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Quantum Analogs

Physics students studying the Schrödinger Equation sometimes get lost in the land of partial differential equations, and even if they return safely, they might not have developed any physical intuition about the systems and solutions they’ve encountered. This Immersion is intended to show how such intuition and familiarity can be taught, via a powerful mathematical analogy between Schrödinger-Equation eigenstates on the one hand, and, on the other, the resonant modes of sound waves in air inside confined structures.

Photo of Quantum Analogs apparatus

The TeachSpin ‘Quantum Analogs’ experiment is particularly useful in teaching students about the emergence of spherical harmonics (in spherically-symmetric situations) and of band structure (in spatially-periodic situations). Participants can see not just the frequency spectrum of resonant modes inside a sphere, but also map out the angular structure of each such mode — the spherical harmonics can be encountered experimentally. Participants will also learn just what independent variables control the location and width in frequency of a band of states, and the number of states in a band.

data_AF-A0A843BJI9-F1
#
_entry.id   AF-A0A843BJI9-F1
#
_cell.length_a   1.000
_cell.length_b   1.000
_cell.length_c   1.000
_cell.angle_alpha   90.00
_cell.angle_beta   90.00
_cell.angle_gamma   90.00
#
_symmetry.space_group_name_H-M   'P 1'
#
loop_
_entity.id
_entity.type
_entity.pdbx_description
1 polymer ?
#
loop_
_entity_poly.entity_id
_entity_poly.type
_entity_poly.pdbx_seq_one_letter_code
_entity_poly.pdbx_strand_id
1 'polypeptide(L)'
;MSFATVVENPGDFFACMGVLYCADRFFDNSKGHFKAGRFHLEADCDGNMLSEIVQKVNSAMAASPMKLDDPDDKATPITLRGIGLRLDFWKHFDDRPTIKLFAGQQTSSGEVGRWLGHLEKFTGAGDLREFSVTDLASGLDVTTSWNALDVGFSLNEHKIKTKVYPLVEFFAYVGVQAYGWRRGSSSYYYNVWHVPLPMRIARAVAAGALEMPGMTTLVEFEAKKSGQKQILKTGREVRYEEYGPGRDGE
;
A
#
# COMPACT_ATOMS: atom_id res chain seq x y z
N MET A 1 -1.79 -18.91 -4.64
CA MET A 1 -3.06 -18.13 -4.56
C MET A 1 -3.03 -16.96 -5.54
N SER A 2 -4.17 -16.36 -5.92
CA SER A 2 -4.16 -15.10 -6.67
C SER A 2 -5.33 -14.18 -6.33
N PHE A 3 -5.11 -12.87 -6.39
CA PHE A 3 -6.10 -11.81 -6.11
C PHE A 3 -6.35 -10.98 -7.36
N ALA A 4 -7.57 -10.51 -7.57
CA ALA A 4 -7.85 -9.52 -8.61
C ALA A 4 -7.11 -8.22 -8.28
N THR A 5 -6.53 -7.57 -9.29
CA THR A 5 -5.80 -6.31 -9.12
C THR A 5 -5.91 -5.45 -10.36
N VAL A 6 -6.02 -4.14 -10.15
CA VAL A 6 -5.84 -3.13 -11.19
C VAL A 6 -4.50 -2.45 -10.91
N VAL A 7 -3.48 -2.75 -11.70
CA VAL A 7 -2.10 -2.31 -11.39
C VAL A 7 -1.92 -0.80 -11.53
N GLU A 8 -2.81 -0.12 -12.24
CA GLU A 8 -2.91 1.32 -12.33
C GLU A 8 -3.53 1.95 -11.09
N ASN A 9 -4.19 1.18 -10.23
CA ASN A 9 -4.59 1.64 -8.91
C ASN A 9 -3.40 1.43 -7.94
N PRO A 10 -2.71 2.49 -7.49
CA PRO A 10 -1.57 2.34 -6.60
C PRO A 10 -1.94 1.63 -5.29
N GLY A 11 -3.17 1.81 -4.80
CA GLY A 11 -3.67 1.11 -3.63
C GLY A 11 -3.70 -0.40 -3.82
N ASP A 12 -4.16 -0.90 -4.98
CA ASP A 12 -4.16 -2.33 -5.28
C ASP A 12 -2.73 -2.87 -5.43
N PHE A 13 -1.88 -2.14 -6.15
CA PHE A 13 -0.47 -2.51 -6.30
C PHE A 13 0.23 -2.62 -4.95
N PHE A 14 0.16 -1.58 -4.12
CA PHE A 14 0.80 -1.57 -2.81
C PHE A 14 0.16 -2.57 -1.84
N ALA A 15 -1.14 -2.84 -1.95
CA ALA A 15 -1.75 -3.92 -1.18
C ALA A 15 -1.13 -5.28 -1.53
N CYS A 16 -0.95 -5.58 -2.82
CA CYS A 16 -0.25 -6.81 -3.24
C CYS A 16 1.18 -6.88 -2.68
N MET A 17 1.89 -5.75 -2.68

The apparatus can be introduced using an ordinary electronic signal generator and oscilloscope, but it can also be driven and diagnosed using the ‘sound cards’ present in many personal-computer systems. Participants will gain confidence and familiarity with both methods, and will further profit from using the special software written for pc’s by Dr. Rene Matzdorf – a physics theorist who developed this experimental apparatus for his own students’ benefit.

Participants may optionally bring a laptop computer (especially one with internal sound cards, and external 3.5-mm input/output jacks); other hardware and software will be provided. Assuming the availability of ordinary lab tools and an adequate computer, this Immersion can be replicated for about $4500.